I'm giving the product 3 stars because it doesn't hold up to what I expect from the S-Lab series. While the shoe has the cushion that I expected, the fit isn't as dialed, and there are a few functional details that need sorting out.

First off, the ride characteristics are good. It runs well on pavement and on trail. The added cushion contributes to slightly less sensitivity, but it's still a low-enough shoe for some non-technical trail running.

Why they roomed out the toe box, I'm not sure. This could be a boon at distances over 25 miles when the feet start to swell, but I prefer the more snug fit of the Sense.

Additionally, the quick-lace system has been bruising the top of one of my feet. Unlike the S-Lab Sense or SG, one of the eyelets for the X-Series sits right over the second knuckle of my large toe, and will bruise it with repeat sessions. As a consequence, I have to cycle this shoe in and out, swapping with others on different days.

Lastly, and again inexplicably, the heel is taller at the ankle. which has given me my first running blister of the last 1000 miles. With a low sock, it reaches past the sock and can chafe a bending ankle. A piece of tape set me straight, but it's just not what I expect from salomon.

I think that this shoe is pretty great, and will fit some feet better than it fits mine. The fit is similar but a bit more roomy than the Sense, there are other small changes that I've highlighted above. I'd like to see the fit fall in line with the other S-Lab shoes, and the details with the heel and laces should be sorted out. I'll be looking for that in the X-Series 2, and in the meantime, it'll still be a training workhorse for me, with a few caveats.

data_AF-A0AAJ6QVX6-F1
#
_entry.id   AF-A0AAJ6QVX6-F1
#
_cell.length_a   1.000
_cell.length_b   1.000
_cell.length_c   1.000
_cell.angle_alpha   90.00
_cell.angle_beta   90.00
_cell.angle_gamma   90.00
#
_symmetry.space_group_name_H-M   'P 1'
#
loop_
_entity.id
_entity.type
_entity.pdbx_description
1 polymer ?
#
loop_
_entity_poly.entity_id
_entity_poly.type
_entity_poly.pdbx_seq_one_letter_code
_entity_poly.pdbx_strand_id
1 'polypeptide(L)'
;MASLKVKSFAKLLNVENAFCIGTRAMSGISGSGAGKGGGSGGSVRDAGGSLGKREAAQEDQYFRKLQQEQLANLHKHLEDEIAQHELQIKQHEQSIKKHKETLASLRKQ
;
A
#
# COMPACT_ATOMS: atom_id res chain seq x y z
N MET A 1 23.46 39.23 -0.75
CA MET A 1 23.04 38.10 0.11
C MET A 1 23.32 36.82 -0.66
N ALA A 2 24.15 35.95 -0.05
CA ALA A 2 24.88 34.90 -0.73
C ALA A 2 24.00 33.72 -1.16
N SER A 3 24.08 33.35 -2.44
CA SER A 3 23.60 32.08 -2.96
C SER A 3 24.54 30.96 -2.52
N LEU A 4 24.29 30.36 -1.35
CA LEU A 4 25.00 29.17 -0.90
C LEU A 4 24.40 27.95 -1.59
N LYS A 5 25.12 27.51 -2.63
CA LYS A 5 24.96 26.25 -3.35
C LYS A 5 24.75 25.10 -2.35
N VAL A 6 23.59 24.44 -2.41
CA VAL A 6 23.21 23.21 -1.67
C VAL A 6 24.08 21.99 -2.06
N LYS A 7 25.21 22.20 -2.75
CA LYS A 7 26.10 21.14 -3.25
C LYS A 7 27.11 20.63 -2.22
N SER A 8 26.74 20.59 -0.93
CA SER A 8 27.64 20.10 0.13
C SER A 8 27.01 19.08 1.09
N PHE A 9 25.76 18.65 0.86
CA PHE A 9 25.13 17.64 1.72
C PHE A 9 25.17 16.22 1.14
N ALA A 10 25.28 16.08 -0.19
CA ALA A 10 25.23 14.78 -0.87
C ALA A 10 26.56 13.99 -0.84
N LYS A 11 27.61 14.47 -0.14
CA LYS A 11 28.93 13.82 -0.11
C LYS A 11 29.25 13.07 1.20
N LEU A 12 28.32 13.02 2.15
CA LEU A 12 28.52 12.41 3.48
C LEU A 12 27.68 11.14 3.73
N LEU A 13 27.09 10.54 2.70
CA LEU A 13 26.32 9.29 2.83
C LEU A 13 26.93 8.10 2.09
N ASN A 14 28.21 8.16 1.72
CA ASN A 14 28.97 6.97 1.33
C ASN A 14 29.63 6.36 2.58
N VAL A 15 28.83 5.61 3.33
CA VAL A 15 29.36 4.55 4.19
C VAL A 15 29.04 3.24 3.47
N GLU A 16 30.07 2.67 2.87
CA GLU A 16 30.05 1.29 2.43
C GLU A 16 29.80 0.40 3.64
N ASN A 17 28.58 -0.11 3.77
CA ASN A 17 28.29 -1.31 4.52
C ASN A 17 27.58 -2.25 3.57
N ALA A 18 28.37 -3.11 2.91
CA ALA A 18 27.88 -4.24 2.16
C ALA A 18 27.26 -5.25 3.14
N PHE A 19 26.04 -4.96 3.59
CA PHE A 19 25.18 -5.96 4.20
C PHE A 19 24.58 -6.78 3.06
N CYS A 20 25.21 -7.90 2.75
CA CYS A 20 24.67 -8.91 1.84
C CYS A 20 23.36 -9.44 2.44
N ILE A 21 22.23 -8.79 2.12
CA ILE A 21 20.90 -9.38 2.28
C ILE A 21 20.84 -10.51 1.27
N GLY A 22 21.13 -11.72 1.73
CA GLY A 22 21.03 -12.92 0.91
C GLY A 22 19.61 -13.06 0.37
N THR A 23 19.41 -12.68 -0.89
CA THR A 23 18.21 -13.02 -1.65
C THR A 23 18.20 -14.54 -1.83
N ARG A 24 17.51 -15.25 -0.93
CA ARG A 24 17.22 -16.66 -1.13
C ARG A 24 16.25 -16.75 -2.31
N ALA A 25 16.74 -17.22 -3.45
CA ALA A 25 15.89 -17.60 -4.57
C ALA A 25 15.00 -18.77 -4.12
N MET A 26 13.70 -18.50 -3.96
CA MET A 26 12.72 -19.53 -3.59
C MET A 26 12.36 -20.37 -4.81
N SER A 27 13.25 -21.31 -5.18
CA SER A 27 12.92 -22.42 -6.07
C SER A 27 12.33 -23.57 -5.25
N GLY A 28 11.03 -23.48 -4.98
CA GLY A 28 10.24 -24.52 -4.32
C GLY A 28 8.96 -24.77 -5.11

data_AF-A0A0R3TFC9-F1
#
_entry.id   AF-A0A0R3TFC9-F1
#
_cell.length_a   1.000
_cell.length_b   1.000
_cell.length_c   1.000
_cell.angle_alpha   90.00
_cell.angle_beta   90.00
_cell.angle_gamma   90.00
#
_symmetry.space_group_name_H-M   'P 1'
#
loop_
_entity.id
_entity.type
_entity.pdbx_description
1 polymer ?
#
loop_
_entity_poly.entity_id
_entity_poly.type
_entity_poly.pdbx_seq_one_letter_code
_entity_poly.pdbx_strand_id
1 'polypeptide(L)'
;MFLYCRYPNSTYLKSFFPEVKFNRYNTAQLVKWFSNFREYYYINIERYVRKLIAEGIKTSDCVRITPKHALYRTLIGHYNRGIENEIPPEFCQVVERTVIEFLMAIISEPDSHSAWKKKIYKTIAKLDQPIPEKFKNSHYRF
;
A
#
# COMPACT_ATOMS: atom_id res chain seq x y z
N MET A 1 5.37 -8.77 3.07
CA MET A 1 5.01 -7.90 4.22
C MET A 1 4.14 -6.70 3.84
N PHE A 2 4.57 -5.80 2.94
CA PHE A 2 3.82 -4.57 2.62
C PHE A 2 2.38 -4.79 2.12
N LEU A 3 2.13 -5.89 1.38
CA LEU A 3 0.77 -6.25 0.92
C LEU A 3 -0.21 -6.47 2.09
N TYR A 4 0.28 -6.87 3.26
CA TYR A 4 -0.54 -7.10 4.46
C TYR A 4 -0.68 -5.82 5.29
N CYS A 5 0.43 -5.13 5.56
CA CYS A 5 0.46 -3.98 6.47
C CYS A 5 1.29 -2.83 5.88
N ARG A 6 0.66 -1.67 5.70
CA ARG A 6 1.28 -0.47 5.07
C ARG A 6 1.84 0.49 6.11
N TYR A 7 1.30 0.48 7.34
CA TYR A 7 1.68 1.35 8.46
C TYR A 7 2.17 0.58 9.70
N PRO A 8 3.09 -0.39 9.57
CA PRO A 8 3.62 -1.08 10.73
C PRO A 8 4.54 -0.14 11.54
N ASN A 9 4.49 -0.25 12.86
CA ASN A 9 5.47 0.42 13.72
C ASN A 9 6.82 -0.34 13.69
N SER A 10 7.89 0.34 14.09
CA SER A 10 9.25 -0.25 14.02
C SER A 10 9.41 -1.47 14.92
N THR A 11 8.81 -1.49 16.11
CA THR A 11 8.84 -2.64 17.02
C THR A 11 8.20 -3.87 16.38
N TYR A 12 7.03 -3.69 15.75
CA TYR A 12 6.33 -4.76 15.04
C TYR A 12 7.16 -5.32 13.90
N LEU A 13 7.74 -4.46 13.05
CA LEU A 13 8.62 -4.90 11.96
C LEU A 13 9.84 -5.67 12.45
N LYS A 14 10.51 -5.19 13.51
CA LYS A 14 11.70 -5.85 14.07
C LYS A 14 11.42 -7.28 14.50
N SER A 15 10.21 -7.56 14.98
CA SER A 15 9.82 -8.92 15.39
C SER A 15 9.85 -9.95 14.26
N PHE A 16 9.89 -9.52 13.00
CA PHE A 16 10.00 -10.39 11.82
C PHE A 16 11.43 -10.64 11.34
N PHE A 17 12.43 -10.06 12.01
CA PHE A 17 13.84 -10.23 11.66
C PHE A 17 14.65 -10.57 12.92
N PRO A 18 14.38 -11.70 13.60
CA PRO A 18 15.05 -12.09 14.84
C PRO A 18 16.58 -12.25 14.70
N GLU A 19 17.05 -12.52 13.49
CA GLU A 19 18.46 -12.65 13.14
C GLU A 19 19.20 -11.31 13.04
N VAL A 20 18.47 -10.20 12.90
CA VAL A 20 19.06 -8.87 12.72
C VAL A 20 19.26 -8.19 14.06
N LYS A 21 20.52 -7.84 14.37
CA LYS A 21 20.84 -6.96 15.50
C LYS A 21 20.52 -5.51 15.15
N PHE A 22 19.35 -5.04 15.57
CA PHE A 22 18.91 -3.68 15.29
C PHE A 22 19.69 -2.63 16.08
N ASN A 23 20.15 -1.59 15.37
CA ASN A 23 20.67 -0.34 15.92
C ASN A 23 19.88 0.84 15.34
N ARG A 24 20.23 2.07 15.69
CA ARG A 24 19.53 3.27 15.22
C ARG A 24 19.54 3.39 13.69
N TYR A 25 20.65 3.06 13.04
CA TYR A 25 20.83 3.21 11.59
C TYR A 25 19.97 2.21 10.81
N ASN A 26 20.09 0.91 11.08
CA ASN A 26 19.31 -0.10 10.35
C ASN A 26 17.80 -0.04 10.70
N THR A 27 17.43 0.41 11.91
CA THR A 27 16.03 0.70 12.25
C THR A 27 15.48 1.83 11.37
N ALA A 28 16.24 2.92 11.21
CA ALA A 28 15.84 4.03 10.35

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Patrick Fink

Patrick Finkwrote a review of on June 6, 2015

S-Lab Chassis, All-Terrain Tires
5 5

Familiarity: I've put it through the wringer
Fit: True to size
Height: 5' 11"
Weight: 160 lbs

I came to this shoe from the S-Lab ultra, looking for something that could handle the wetter days that we have in the UpperLeft USA. In the past, I've used the La Sportiva crosslite for when I needed traction, but the SG is my new rig.

The fit is identical to the Sense 4 as far as I can tell, and they required no break-in. They're well worth the price for a thoughtful, all-terrain shoe in such a slick package.

The SG has all of the benefits of the S-Lab Sense 4: the out-of-the-box fit, the quick lacing, the rock guard, the sensitivity, the minimal weight, but in addition, it has a solid, lugged sole that does a great job on wet corners without collecting mud.

I also like the the SG for longer runs, as the lugs give a little bit more cushion to the Sense 4, which can me a bit hash on hard ground over longer distances. While the SG does make a funny noise when running on pavement, it still behaves well, and runs well on hard-packed dirt and rock.

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Patrick Fink

Patrick Finkwrote a review of on June 6, 2015

Nearly-Perfect Minimal Touring Binding
5 5

Familiarity: I've put it through the wringer

This binding is ideal for lightweight ski touring and ski mountaineering. It's not a Duke, a Beast, or a Baron, but it does weigh next-to-nothing, provides all of the clamping power that we've come to expect from dynafit, and provides a bit of release safety on top of their race-weight toe.